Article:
Is the DIRECTV round dish completely obsolete?

You know this dish. It’s the original. The granddaddy of them all. The round dish was introduced to American customers in 1994 as part of the original DIRECTV system. It’s still used in other parts of the world, although DIRECTV and DISH have introduced specialized, multi-satellite dishes that most people use.

But, if you wanted to, could you use it in a pinch? Could you keep one in the garage as a spare, in case something happened to your normal dish?


The answer is, it depends on your equipment and what you want to watch. The round dish’s technology will allow it to receive some DIRECTV signals, but not all of them. It may not end up being the best bet for you, or working at all.

Genie systems

By now, most DIRECTV customers have a Genie system. It was introduced in late 2011 and it’s the most common installation today. You may have the tower-like Genie 2, or you may have the older HR44/HR54 which looks something like this:

If you’re not sure if you have a Genie system, press the MENU button on your remote while you’re watching live TV. If the menu looks like this:

That’s a Genie. If it looks like this:

It’s not a Genie.

Genie systems can’t use the round dish

This is one of those changes that is supposed to make it easier for everyone, but it makes it harder for some people. Genies used to support the round dish and there’s no reason in the hardware that they can’t. But the option to choose one has been taken from the software. So, it’s not possible for the Genie to actually use a round dish because, well, it doesn’t know what a round dish is.

Older systems

Older systems can definitely use the round dish without any problem. You will need to manually set the system to the round dish, though.

There’s a whole document which will walk you through this process, but if you’re familiar with the process, you just go into MENU, Settings & Help, Settings, Satellite, Repeat Satellite Setup.

You’ll need to manually change your dish type to 01: 18″ Round or something similar to that. Depending on your receiver the words may be slightly different but it should be easy to figure out which one they mean.

Can you use a round dish with a SWM?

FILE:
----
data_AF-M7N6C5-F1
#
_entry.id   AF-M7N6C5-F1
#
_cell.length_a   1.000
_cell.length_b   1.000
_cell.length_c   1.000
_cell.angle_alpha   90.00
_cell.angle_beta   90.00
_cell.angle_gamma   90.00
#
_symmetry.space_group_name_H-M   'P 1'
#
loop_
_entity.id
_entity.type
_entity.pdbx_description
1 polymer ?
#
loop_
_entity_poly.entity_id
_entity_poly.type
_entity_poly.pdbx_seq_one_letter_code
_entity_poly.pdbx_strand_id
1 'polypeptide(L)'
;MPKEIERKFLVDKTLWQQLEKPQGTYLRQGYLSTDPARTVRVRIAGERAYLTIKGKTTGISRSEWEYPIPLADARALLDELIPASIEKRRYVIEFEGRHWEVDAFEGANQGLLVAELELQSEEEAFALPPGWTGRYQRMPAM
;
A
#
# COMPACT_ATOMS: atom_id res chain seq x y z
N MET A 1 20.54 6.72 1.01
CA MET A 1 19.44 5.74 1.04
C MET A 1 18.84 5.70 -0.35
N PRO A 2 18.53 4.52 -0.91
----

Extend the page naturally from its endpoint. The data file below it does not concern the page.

Yes you can, but not with the new SWM-30. If you have a SWM-8 or SWM-16 you can use a round dish with it. Here’s a diagram that will explain it better than I can put it into words:


Yes, the document is a little old but it still works, I promise.

Is this the best option for you?

I am going to suggest that it isn’t. The programming you can get from the round dish is going to be very limited. There are just a tiny handful of HD channels and bunch of SD channels. Depending on how you have your guide set up, you may not see anything at all (Here’s a tutorial to possibly fix that.)

Because your channel selection is going to be limited, and because you’re going to have to make so many tweaks to your system, I’m not recommending this method unless you really need it long term. Instead, I’d suggest using the free DIRECTV app for phones and tablets. Using the app you can get over 100 channels right on your device. If you have a streaming box attached to your TV you can cast or airplay and the experience is very similar to watching regular satellite TV. It’s generally better than watching standard definition.

So yeah, it’s not obsolete but…

While the round dish isn’t obsolete — technically it works — I don’t think it’s the best experience. There are a lot better options.

About the Author

Stuart Sweet
Stuart Sweet is the editor-in-chief of The Solid Signal Blog and a "master plumber" at Signal Group, LLC. He is the author of over 8,000 articles and longform tutorials including many posted here. Reach him by clicking on "Contact the Editor" at the bottom of this page.